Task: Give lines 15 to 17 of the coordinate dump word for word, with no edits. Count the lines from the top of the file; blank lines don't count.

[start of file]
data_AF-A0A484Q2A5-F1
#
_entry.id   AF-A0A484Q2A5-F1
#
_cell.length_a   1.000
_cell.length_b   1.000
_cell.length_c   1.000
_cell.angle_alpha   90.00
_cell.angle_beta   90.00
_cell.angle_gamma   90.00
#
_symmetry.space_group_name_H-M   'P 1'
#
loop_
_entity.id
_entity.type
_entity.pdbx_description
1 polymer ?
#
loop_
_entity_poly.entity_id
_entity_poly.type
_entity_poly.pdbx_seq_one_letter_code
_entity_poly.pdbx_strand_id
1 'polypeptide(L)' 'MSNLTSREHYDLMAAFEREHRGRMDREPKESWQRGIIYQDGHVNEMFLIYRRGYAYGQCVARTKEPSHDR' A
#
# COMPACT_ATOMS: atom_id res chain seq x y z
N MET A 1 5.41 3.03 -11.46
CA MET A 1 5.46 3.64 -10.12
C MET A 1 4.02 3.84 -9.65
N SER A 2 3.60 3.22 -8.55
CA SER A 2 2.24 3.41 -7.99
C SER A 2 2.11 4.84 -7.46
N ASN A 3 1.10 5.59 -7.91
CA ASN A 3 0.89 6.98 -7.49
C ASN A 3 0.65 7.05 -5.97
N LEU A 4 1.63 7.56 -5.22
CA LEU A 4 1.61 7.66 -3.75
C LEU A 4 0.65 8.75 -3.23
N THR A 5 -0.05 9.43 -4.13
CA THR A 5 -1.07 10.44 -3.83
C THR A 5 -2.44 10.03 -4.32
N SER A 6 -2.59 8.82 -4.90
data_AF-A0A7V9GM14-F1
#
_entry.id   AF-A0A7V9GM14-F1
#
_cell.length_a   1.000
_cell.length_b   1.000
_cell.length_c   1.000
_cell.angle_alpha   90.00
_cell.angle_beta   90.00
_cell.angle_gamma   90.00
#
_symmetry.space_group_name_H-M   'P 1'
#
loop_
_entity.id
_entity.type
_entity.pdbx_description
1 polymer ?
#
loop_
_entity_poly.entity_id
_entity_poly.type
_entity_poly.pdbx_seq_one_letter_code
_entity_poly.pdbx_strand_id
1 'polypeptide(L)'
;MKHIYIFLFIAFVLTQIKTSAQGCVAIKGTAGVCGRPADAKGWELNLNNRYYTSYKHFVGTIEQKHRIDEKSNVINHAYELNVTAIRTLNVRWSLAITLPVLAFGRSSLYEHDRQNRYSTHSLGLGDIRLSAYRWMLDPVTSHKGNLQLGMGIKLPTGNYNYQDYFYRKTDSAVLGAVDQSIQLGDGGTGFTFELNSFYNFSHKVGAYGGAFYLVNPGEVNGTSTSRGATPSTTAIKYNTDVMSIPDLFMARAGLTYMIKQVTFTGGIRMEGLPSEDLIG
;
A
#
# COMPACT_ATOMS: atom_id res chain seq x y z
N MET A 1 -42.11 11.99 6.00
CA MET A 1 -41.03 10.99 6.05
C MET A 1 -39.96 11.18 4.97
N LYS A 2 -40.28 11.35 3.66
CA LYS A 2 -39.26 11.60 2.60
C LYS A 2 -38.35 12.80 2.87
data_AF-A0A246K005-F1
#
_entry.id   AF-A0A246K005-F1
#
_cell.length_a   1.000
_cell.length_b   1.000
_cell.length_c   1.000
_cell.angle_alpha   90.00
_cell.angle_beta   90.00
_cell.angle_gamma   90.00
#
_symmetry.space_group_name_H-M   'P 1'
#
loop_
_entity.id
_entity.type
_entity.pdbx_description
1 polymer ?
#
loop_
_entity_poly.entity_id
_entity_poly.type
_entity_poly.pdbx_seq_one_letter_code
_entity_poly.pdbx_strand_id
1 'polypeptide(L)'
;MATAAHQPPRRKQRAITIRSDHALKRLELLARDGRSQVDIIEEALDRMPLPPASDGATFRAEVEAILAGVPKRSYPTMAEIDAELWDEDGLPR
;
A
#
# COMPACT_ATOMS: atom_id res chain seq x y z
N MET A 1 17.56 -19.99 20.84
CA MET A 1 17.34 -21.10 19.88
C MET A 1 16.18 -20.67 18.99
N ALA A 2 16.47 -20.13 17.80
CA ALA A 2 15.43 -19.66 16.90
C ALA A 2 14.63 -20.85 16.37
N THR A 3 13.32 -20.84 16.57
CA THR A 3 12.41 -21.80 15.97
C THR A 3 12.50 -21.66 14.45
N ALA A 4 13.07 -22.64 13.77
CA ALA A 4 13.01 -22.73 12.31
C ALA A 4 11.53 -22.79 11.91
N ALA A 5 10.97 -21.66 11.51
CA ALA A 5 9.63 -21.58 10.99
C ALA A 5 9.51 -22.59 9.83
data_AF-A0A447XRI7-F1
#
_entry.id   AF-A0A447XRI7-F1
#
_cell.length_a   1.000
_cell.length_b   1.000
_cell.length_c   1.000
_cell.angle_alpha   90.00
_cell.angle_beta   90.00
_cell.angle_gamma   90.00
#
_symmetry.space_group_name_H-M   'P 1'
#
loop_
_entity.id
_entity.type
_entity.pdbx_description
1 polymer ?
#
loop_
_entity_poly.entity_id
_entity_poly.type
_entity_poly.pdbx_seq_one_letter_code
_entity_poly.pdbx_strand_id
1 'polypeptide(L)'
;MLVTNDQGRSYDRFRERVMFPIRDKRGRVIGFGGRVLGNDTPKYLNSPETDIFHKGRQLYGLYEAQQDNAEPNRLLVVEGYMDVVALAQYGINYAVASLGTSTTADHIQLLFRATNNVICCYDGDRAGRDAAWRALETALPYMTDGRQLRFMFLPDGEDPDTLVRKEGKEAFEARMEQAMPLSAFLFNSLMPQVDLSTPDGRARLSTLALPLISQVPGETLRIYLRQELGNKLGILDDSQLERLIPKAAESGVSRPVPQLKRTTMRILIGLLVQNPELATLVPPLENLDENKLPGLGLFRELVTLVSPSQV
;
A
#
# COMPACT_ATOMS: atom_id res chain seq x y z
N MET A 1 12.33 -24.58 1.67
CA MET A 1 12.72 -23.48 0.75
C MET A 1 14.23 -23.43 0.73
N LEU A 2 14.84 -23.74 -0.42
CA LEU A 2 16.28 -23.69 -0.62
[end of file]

_entity.id
_entity.type
_entity.pdbx_description